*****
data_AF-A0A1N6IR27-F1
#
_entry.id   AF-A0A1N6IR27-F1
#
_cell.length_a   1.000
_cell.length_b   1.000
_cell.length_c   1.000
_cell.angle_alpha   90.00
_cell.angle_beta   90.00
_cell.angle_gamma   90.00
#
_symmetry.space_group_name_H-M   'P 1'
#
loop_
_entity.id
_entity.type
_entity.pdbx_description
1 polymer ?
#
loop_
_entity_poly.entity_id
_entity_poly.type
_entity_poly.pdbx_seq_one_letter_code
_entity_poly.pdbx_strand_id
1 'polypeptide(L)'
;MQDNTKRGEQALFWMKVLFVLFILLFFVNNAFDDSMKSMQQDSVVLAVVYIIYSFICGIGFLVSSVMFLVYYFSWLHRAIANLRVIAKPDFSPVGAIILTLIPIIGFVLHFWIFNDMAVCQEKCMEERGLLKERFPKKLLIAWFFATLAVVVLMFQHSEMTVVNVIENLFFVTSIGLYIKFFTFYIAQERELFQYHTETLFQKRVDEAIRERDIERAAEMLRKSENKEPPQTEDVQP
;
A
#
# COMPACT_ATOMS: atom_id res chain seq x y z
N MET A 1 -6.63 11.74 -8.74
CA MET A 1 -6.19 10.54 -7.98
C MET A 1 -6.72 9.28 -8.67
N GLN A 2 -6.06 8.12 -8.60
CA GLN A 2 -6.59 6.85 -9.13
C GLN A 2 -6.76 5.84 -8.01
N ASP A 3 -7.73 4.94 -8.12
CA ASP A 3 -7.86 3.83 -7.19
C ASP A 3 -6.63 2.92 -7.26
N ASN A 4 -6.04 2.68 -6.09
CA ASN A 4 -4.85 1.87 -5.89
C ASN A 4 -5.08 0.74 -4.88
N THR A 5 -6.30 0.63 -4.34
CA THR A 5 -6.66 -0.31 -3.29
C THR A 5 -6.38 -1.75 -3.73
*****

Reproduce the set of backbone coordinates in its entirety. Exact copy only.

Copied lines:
data_AF-A0A1N6IR27-F1
#
_entry.id   AF-A0A1N6IR27-F1
#
_cell.length_a   1.000
_cell.length_b   1.000
_cell.length_c   1.000
_cell.angle_alpha   90.00
_cell.angle_beta   90.00
_cell.angle_gamma   90.00
#
_symmetry.space_group_name_H-M   'P 1'
#
loop_
_entity.id
_entity.type
_entity.pdbx_description
1 polymer ?
#
loop_
_entity_poly.entity_id
_entity_poly.type
_entity_poly.pdbx_seq_one_letter_code
_entity_poly.pdbx_strand_id
1 'polypeptide(L)'
;MQDNTKRGEQALFWMKVLFVLFILLFFVNNAFDDSMKSMQQDSVVLAVVYIIYSFICGIGFLVSSVMFLVYYFSWLHRAIANLRVIAKPDFSPVGAIILTLIPIIGFVLHFWIFNDMAVCQEKCMEERGLLKERFPKKLLIAWFFATLAVVVLMFQHSEMTVVNVIENLFFVTSIGLYIKFFTFYIAQERELFQYHTETLFQKRVDEAIRERDIERAAEMLRKSENKEPPQTEDVQP
;
A
#
# COMPACT_ATOMS: atom_id res chain seq x y z
N MET A 1 -6.63 11.74 -8.74
CA MET A 1 -6.19 10.54 -7.98
C MET A 1 -6.72 9.28 -8.67
N GLN A 2 -6.06 8.12 -8.60
CA GLN A 2 -6.59 6.85 -9.13
C GLN A 2 -6.76 5.84 -8.01
N ASP A 3 -7.73 4.94 -8.12
CA ASP A 3 -7.86 3.83 -7.19
C ASP A 3 -6.63 2.92 -7.26
N ASN A 4 -6.04 2.68 -6.09
CA ASN A 4 -4.85 1.87 -5.89
C ASN A 4 -5.08 0.74 -4.88
N THR A 5 -6.30 0.63 -4.34
CA THR A 5 -6.66 -0.31 -3.29
C THR A 5 -6.38 -1.75 -3.73